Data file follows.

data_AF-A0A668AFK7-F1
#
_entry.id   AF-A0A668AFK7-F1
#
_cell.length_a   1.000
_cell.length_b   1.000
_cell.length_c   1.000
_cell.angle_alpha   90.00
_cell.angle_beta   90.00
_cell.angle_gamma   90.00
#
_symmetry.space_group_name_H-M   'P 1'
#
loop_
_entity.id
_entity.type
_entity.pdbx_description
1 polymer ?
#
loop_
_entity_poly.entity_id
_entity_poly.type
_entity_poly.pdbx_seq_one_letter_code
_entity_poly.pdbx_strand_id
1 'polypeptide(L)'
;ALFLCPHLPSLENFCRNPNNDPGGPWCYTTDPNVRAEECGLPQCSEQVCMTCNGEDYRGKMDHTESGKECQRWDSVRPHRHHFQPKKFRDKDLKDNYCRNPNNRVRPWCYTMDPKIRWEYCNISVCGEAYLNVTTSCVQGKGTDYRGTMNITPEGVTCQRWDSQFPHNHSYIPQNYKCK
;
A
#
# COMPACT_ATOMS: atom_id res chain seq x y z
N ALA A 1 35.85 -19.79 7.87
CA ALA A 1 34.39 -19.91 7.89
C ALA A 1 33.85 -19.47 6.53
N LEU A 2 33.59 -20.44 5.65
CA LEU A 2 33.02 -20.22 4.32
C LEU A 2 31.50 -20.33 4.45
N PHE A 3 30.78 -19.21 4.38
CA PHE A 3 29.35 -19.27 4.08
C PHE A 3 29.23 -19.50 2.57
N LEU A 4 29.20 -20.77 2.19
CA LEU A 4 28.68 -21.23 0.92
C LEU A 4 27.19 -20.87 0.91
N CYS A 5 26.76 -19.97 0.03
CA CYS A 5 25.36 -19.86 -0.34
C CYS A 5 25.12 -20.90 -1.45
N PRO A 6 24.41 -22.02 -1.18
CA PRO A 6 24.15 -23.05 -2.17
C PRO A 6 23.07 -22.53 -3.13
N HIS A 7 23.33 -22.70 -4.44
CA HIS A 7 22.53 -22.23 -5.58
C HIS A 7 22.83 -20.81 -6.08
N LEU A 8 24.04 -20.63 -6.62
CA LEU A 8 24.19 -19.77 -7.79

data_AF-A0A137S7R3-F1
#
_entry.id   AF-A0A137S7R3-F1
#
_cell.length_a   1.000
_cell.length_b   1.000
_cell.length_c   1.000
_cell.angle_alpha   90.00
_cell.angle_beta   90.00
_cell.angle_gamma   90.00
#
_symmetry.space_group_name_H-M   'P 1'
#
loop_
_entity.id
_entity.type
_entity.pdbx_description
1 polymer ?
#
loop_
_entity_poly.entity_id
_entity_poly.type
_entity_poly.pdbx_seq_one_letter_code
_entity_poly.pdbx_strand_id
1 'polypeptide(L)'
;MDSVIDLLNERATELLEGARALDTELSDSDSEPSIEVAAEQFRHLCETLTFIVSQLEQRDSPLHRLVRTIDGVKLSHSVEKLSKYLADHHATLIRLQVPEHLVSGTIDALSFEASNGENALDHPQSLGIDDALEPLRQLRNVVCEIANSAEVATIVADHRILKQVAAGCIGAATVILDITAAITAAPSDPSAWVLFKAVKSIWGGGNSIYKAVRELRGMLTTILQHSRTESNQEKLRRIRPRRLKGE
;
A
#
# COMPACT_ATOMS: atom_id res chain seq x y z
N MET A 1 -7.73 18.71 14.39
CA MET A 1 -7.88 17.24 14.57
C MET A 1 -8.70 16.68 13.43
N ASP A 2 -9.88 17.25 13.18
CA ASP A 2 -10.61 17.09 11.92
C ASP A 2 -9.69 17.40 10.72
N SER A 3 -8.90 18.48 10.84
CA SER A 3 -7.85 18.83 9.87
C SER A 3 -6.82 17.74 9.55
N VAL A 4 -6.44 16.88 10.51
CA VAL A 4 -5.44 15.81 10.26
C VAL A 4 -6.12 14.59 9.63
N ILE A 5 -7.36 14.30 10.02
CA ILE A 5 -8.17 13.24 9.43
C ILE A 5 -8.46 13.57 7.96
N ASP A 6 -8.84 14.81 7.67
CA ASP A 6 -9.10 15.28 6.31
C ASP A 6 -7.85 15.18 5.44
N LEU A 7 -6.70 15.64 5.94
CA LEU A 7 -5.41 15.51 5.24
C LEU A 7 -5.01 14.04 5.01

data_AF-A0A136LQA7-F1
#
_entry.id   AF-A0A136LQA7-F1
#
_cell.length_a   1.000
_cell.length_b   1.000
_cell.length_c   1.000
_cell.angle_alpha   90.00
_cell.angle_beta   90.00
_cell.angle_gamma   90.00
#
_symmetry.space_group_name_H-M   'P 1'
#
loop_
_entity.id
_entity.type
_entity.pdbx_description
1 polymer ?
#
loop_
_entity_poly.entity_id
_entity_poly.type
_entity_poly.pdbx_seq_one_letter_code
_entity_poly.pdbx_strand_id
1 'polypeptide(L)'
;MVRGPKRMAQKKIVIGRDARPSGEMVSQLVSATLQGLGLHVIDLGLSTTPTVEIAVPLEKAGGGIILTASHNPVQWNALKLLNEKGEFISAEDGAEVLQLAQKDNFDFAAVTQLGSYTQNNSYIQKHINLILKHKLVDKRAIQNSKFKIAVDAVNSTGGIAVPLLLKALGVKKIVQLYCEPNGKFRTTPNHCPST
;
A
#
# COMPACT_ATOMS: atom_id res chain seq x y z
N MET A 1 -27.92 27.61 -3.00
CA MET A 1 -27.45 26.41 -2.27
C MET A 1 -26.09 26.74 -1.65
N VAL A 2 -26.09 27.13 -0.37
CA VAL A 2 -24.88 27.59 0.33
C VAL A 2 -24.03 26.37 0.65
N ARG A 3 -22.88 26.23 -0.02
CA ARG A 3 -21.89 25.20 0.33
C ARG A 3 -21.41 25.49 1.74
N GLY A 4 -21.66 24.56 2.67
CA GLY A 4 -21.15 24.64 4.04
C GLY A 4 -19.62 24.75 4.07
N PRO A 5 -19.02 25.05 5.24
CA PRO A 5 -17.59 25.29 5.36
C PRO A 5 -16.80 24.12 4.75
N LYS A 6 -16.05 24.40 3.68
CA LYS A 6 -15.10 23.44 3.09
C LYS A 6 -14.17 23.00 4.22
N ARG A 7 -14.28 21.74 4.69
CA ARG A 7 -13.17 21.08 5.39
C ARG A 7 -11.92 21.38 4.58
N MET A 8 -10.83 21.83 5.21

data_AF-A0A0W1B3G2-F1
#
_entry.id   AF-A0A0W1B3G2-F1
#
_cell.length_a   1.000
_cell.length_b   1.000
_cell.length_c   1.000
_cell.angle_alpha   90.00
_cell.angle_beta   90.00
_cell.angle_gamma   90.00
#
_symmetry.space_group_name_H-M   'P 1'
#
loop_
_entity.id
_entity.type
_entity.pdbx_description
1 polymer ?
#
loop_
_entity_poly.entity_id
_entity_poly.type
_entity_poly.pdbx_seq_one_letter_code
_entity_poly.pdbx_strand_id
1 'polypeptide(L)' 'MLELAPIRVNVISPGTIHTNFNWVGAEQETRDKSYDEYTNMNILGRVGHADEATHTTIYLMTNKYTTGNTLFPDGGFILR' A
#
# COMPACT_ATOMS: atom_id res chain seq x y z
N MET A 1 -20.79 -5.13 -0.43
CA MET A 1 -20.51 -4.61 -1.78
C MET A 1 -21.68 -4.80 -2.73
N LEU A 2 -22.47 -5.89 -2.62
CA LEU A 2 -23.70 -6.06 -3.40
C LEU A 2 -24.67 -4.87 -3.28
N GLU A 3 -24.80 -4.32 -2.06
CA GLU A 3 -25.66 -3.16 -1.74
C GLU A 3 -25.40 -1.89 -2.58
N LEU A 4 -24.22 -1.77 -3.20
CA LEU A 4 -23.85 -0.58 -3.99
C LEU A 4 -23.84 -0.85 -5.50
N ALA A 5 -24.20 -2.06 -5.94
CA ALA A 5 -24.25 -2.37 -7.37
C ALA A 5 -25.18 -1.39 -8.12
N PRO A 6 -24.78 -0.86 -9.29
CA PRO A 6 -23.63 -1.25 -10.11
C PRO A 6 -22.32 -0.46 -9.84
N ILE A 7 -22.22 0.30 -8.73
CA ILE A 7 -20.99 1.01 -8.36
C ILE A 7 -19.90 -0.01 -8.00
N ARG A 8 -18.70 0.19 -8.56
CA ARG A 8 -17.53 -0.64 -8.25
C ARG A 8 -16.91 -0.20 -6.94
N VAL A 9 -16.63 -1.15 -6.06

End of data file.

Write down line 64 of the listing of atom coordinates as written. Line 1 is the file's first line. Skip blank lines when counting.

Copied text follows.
#